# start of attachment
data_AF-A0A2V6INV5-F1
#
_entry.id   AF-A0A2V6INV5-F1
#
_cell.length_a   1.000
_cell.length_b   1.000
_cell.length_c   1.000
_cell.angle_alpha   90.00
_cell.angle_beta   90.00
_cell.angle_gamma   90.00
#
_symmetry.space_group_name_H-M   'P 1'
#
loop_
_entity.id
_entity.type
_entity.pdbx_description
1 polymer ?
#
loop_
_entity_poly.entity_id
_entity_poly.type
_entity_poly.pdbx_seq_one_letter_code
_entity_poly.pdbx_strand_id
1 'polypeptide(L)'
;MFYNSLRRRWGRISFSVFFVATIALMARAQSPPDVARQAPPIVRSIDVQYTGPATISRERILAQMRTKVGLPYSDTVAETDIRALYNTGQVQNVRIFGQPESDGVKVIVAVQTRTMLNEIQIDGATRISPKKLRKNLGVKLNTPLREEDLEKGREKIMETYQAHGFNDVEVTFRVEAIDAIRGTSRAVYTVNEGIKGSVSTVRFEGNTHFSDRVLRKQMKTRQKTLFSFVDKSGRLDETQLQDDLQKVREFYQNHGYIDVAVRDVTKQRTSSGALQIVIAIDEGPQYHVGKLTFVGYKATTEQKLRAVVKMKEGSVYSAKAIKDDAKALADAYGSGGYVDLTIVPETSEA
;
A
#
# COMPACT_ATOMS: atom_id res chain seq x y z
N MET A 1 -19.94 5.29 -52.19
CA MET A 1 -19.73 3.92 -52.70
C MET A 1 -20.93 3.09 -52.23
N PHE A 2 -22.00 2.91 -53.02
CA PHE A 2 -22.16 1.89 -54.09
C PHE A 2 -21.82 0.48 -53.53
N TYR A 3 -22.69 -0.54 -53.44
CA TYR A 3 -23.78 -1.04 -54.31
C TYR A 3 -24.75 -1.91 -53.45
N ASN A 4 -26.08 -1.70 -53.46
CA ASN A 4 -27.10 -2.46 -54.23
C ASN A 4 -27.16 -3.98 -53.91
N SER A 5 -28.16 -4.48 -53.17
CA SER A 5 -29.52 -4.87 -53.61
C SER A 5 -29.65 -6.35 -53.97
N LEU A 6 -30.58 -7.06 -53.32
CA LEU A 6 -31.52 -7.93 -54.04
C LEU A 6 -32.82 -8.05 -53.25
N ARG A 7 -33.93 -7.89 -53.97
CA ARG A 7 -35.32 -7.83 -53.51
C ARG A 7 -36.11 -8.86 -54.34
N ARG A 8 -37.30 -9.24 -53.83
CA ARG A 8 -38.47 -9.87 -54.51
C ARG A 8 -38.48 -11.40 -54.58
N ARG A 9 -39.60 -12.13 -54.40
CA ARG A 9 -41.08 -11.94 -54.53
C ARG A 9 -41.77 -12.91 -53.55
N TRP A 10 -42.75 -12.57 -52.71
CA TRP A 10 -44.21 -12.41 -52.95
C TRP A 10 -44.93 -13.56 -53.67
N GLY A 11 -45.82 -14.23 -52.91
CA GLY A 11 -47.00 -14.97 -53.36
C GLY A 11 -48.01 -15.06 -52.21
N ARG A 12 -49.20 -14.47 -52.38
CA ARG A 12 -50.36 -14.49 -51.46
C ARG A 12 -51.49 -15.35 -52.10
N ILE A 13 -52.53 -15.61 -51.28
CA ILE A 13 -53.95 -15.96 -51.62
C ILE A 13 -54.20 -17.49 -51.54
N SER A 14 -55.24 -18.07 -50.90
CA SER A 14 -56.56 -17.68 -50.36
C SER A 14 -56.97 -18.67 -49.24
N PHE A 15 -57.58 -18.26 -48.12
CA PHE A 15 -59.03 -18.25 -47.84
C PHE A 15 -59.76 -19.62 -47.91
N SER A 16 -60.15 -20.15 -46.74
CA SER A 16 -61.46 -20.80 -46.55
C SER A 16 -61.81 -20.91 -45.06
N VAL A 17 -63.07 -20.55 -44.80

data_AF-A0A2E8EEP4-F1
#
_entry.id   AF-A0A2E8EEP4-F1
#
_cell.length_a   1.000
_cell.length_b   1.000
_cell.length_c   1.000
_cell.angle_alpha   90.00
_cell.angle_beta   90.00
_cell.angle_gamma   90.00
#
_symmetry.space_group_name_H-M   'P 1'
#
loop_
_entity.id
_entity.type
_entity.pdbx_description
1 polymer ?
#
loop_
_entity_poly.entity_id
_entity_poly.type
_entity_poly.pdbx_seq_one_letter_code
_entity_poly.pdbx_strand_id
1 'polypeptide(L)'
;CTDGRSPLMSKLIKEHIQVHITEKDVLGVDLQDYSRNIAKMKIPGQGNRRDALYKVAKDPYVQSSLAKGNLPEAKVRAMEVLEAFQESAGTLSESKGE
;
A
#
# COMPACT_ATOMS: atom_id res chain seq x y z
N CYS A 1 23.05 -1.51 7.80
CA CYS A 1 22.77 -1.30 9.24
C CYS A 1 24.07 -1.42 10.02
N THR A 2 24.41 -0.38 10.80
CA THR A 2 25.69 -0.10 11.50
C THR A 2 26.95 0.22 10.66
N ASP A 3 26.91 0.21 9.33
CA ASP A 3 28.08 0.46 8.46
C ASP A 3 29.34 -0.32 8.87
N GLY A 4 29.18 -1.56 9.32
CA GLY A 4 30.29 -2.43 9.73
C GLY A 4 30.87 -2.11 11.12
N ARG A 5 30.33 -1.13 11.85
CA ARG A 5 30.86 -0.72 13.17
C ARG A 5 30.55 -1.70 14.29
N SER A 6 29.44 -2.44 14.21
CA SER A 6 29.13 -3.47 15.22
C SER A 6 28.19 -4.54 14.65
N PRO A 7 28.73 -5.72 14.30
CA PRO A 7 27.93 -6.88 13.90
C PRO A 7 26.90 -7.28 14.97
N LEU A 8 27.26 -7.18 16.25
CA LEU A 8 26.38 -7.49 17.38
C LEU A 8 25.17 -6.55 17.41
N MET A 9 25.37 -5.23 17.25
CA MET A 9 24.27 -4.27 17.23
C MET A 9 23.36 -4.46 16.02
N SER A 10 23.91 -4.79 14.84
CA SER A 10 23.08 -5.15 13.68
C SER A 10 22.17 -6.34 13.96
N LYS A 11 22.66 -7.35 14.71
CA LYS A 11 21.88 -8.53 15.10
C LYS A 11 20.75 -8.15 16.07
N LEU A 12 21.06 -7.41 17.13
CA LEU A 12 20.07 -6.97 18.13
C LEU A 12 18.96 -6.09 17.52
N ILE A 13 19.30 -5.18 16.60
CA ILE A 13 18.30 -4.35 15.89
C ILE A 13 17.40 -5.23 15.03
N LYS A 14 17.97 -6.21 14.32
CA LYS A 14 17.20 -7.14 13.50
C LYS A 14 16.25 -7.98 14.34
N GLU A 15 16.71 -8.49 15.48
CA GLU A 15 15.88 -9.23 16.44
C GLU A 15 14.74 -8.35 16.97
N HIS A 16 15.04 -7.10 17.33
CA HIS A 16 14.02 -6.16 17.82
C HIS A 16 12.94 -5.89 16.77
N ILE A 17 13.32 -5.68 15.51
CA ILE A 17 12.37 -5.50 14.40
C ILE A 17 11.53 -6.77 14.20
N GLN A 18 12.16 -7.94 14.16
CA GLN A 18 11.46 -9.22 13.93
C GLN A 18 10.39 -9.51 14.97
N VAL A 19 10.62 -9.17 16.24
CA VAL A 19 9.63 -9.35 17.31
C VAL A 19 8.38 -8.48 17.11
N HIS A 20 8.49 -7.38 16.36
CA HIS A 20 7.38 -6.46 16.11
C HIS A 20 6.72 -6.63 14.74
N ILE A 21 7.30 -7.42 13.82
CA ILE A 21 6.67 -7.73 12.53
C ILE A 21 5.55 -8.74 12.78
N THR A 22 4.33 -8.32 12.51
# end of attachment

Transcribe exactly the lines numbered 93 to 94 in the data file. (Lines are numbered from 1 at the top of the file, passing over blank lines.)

loop_
_entity.id